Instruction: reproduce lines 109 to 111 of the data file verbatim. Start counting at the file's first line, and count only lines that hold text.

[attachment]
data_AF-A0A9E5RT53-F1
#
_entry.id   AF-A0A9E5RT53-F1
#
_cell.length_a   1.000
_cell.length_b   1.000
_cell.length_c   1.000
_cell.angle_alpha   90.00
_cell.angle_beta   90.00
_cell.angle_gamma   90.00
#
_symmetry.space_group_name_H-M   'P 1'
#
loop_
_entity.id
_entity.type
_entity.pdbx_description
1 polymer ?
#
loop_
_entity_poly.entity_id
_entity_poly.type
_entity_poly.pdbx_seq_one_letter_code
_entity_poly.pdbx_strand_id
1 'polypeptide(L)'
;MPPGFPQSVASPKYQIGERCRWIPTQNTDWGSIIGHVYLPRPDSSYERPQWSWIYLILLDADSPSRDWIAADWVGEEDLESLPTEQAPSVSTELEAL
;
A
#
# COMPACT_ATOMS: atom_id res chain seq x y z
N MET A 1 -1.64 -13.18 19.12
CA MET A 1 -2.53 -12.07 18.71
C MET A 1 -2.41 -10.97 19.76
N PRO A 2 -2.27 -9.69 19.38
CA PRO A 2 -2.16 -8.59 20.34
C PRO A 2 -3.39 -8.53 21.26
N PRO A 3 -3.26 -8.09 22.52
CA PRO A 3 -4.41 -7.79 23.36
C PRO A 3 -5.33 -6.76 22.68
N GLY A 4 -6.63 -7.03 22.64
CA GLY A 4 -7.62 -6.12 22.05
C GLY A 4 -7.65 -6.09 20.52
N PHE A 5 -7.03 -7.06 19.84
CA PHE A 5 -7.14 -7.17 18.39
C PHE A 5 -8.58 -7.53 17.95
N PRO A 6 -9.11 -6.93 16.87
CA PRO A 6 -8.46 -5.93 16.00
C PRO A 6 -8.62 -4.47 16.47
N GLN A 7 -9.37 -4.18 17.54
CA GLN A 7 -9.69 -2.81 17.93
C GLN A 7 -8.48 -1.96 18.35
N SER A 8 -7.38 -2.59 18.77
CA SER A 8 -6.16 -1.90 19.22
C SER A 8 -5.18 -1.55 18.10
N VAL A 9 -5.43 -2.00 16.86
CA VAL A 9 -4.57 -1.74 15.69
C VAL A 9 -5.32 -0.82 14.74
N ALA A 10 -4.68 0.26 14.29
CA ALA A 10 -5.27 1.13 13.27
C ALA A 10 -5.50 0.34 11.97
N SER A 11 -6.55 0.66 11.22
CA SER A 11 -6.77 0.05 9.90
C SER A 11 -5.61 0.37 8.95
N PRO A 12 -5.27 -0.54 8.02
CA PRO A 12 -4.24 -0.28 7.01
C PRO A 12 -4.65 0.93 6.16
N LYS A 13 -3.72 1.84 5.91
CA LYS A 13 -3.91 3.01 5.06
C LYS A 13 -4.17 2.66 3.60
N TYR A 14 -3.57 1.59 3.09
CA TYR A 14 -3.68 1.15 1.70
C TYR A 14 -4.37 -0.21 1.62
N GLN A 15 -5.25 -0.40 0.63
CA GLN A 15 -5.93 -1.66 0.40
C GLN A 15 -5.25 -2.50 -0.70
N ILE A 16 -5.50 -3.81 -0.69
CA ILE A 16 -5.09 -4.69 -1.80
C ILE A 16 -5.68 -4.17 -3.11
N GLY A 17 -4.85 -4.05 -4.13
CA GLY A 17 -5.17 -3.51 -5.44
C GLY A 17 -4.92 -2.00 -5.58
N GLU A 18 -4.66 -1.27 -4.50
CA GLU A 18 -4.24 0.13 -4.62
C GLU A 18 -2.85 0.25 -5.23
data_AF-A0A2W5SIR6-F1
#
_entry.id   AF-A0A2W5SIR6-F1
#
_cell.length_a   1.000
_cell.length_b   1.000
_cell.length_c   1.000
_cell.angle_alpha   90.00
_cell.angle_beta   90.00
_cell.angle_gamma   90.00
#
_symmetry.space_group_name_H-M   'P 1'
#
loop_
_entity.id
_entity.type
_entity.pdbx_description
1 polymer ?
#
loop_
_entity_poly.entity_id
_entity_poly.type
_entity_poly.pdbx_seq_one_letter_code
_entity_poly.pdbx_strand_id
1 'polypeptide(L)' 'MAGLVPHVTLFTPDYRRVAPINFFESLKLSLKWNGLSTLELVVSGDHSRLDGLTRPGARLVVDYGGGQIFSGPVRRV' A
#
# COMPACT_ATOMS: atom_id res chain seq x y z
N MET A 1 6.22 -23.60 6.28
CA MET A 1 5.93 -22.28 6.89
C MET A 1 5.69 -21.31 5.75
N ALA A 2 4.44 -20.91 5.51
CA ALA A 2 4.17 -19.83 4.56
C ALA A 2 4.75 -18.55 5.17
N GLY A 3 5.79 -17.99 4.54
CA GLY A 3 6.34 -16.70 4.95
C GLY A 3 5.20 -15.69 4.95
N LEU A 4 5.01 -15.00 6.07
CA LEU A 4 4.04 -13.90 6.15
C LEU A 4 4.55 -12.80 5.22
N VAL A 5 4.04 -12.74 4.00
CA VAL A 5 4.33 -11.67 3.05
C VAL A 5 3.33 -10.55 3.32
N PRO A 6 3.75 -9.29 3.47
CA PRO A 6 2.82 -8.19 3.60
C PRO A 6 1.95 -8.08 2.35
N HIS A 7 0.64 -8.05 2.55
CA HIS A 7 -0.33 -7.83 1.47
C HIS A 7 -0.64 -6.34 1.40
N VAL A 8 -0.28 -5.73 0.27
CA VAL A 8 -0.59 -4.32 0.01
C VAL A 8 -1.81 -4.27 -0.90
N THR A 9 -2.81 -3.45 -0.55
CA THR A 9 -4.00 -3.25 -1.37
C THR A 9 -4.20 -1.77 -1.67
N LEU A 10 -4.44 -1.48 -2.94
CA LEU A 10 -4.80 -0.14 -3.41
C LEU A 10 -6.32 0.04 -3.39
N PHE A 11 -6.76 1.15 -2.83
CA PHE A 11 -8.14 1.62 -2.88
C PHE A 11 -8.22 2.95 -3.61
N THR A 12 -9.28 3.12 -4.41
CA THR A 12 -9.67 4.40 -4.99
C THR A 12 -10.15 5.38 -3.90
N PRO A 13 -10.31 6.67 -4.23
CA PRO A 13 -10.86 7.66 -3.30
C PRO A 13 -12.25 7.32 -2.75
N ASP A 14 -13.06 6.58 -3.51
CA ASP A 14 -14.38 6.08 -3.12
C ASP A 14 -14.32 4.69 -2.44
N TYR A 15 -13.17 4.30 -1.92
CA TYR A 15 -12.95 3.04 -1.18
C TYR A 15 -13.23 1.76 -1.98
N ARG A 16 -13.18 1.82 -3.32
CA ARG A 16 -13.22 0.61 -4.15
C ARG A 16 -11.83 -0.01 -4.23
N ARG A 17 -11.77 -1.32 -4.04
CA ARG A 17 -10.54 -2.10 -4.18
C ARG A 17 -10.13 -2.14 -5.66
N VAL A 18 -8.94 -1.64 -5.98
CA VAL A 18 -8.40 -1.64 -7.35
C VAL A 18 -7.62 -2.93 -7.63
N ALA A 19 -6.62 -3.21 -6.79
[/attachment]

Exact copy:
1 'polypeptide(L)' 'MAGLVPHVTLFTPDYRRVAPINFFESLKLSLKWNGLSTLELVVSGDHSRLDGLTRPGARLVVDYGGGQIFSGPVRRV' A
#
# COMPACT_ATOMS: atom_id res chain seq x y z